This is a “contest” of sorts where thousands of people sign up to see if they can write 50,000 words for the month of November. This was the greatest thing that ever happened to me. It taught me to put faith in my writing in a way I never had before, to push forward and refuse to look back. If I get stuck on a scene, I write a few notes and keep going, keep writing, keep throwing words down.
If I reread what I write in that stage, I’ll most likely want to crawl into a hole and die. But once you have that 100K novel on your hands, you owe it to that manuscript to go back and refine it, shape it into something meaningful for an audience. This was something I didn’t understand as a young author, the idea of being in this for the long haul, to having faith in the process no matter how long it takes.
There’s a great children’s story I like to read to my kids called Extra Yarn by Mac Barnett. In it, the main character Annabelle finds a magical box of yarn that never runs out no matter how much she knits. She creates sweaters for the whole town, for buildings and busses and trees. She keeps knitting and knitting, covering the whole world in this colorful yarn, and the box never depletes itself, never empties.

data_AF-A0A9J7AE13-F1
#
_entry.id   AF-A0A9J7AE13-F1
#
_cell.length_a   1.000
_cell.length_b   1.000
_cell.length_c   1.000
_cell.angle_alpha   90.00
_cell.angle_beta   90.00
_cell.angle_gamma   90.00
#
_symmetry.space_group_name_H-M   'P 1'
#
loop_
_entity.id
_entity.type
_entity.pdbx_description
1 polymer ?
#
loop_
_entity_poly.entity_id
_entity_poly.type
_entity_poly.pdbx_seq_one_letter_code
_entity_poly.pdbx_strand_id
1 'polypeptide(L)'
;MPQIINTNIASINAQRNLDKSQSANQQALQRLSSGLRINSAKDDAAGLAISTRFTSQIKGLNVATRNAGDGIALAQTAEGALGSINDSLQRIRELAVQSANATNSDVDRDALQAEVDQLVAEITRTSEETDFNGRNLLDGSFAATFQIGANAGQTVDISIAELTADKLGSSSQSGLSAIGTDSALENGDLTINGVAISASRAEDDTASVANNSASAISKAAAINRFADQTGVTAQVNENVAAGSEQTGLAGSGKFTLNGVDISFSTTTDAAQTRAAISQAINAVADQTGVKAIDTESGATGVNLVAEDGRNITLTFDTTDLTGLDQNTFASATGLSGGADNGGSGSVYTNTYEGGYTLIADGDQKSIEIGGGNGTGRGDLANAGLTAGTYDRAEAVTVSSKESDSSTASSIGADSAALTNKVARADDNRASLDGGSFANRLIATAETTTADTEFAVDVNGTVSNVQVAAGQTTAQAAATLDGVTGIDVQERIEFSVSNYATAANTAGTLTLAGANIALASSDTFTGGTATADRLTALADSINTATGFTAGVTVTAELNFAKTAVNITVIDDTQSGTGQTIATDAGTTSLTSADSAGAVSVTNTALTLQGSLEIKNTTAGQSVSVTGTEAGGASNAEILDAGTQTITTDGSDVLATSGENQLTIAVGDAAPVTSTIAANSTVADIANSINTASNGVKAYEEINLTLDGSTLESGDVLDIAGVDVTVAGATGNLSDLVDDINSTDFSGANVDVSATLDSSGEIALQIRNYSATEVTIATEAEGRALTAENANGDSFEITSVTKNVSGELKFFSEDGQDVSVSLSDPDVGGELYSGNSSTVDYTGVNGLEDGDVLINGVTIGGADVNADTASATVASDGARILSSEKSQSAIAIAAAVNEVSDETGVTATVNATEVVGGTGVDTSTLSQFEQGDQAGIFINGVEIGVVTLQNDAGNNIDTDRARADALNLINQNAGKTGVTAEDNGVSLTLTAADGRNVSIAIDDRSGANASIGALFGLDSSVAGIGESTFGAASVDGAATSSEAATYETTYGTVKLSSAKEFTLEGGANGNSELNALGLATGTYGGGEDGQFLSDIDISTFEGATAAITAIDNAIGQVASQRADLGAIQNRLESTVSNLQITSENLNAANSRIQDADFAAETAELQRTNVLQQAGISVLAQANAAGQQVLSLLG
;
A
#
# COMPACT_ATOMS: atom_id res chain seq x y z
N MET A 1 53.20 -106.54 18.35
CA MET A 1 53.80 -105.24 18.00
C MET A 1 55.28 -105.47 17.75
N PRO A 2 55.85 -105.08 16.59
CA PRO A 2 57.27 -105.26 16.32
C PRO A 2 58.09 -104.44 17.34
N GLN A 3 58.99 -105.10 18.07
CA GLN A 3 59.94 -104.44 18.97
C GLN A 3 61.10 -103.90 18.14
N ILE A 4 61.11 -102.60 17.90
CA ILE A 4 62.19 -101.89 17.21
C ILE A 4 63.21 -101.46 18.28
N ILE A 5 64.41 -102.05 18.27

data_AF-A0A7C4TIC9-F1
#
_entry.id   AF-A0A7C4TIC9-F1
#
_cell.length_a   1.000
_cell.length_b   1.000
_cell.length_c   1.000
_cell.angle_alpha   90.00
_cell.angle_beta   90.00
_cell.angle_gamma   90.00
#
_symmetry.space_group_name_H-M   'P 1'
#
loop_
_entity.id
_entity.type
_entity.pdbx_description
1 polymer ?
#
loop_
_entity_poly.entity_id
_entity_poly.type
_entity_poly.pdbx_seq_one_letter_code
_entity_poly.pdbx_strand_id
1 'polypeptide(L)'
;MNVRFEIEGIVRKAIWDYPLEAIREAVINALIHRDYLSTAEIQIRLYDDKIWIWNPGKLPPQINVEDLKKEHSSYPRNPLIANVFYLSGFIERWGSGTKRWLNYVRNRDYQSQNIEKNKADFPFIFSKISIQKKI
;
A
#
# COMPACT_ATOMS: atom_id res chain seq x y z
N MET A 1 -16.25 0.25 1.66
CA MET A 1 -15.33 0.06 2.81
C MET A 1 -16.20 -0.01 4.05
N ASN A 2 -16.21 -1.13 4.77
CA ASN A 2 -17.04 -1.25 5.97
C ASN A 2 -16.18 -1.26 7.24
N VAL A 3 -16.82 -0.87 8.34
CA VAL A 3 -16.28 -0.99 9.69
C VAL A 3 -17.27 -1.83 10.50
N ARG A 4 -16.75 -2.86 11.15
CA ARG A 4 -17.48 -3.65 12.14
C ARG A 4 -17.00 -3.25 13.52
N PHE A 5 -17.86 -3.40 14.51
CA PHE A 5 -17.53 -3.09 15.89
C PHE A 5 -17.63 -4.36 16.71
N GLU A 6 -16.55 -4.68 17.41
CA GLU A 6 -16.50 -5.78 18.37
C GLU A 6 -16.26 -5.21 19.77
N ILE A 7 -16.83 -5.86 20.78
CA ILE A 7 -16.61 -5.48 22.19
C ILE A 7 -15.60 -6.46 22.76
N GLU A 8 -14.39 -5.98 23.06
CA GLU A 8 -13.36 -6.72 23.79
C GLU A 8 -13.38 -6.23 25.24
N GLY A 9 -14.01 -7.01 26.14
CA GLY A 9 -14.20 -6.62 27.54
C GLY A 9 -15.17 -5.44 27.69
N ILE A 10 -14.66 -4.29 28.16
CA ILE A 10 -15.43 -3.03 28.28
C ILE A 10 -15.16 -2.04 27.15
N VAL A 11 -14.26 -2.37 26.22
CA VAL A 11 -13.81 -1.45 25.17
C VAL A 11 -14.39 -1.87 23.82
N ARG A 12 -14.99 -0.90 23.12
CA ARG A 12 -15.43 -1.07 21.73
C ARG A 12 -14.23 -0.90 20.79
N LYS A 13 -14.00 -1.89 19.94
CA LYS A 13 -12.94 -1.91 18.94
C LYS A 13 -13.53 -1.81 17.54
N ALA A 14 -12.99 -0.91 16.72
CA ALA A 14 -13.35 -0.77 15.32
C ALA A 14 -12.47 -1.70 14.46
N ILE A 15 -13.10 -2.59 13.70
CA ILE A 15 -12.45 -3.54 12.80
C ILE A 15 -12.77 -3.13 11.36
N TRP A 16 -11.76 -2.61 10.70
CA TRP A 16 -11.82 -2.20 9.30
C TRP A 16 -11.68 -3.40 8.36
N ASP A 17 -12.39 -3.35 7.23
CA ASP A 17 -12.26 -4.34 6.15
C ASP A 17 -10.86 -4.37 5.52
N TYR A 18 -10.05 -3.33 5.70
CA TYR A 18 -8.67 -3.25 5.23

Writing is like that. There are days where I feel like what I’m doing is worthless or ridiculous, but those are the days I especially need to commit to sitting down to write because the more I do it, the more the ideas will come, the more my mind fills with color, with characters and worlds. Sometimes it takes a while, and sometimes I need to switch things up, maybe handwrite in a journal for a while, or write a blog post for a change of pace, but the point is to keep writing no matter what.
4. Can you tell us about your challenges in getting your first book published?